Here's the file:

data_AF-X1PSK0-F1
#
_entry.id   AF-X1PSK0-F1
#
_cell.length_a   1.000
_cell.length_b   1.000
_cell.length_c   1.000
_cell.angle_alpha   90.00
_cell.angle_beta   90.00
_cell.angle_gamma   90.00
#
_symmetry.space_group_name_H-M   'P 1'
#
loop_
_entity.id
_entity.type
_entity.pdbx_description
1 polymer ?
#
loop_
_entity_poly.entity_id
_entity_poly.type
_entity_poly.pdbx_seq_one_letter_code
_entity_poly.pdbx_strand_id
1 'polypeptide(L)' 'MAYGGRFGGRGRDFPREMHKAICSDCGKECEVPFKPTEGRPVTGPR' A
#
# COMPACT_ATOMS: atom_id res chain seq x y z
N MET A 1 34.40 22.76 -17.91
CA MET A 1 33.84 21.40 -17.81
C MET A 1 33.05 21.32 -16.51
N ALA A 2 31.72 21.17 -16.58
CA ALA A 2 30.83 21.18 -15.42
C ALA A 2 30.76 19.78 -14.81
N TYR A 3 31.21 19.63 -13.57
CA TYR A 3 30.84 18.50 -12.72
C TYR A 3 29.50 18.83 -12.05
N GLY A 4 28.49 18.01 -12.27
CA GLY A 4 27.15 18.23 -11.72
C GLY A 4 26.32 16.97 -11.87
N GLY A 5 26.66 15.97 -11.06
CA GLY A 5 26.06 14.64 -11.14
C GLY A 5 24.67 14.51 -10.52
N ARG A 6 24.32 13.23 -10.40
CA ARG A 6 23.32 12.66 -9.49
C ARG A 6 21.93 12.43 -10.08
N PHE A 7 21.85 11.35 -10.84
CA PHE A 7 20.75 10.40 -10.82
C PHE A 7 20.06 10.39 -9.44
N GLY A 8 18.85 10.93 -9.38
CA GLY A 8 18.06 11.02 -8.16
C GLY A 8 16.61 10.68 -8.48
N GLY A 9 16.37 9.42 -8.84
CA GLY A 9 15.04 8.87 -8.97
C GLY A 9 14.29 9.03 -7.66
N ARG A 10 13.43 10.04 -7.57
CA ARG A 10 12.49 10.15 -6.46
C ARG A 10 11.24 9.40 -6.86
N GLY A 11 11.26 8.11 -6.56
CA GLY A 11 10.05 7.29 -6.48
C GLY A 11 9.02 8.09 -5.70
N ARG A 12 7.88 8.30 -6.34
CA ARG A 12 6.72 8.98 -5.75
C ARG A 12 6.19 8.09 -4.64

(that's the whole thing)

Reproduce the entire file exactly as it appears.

data_AF-X1PSK0-F1
#
_entry.id   AF-X1PSK0-F1
#
_cell.length_a   1.000
_cell.length_b   1.000
_cell.length_c   1.000
_cell.angle_alpha   90.00
_cell.angle_beta   90.00
_cell.angle_gamma   90.00
#
_symmetry.space_group_name_H-M   'P 1'
#
loop_
_entity.id
_entity.type
_entity.pdbx_description
1 polymer ?
#
loop_
_entity_poly.entity_id
_entity_poly.type
_entity_poly.pdbx_seq_one_letter_code
_entity_poly.pdbx_strand_id
1 'polypeptide(L)' 'MAYGGRFGGRGRDFPREMHKAICSDCGKECEVPFKPTEGRPVTGPR' A
#
# COMPACT_ATOMS: atom_id res chain seq x y z
N MET A 1 34.40 22.76 -17.91
CA MET A 1 33.84 21.40 -17.81
C MET A 1 33.05 21.32 -16.51
N ALA A 2 31.72 21.17 -16.58
CA ALA A 2 30.83 21.18 -15.42
C ALA A 2 30.76 19.78 -14.81
N TYR A 3 31.21 19.63 -13.57
CA TYR A 3 30.84 18.50 -12.72
C TYR A 3 29.50 18.83 -12.05
N GLY A 4 28.49 18.01 -12.27
CA GLY A 4 27.15 18.23 -11.72
C GLY A 4 26.32 16.97 -11.87
N GLY A 5 26.66 15.97 -11.06
CA GLY A 5 26.06 14.64 -11.14
C GLY A 5 24.67 14.51 -10.52
N ARG A 6 24.32 13.23 -10.40
CA ARG A 6 23.32 12.66 -9.49
C ARG A 6 21.93 12.43 -10.08
N PHE A 7 21.85 11.35 -10.84
CA PHE A 7 20.75 10.40 -10.82
C PHE A 7 20.06 10.39 -9.44
N GLY A 8 18.85 10.93 -9.38
CA GLY A 8 18.06 11.02 -8.16
C GLY A 8 16.61 10.68 -8.48
N GLY A 9 16.37 9.42 -8.84
CA GLY A 9 15.04 8.87 -8.97
C GLY A 9 14.29 9.03 -7.66
N ARG A 10 13.43 10.04 -7.57
CA ARG A 10 12.49 10.15 -6.46
C ARG A 10 11.24 9.40 -6.86
N GLY A 11 11.26 8.11 -6.56
CA GLY A 11 10.05 7.29 -6.48
C GLY A 11 9.02 8.09 -5.70
N ARG A 12 7.88 8.30 -6.34
CA ARG A 12 6.72 8.98 -5.75
C ARG A 12 6.19 8.09 -4.64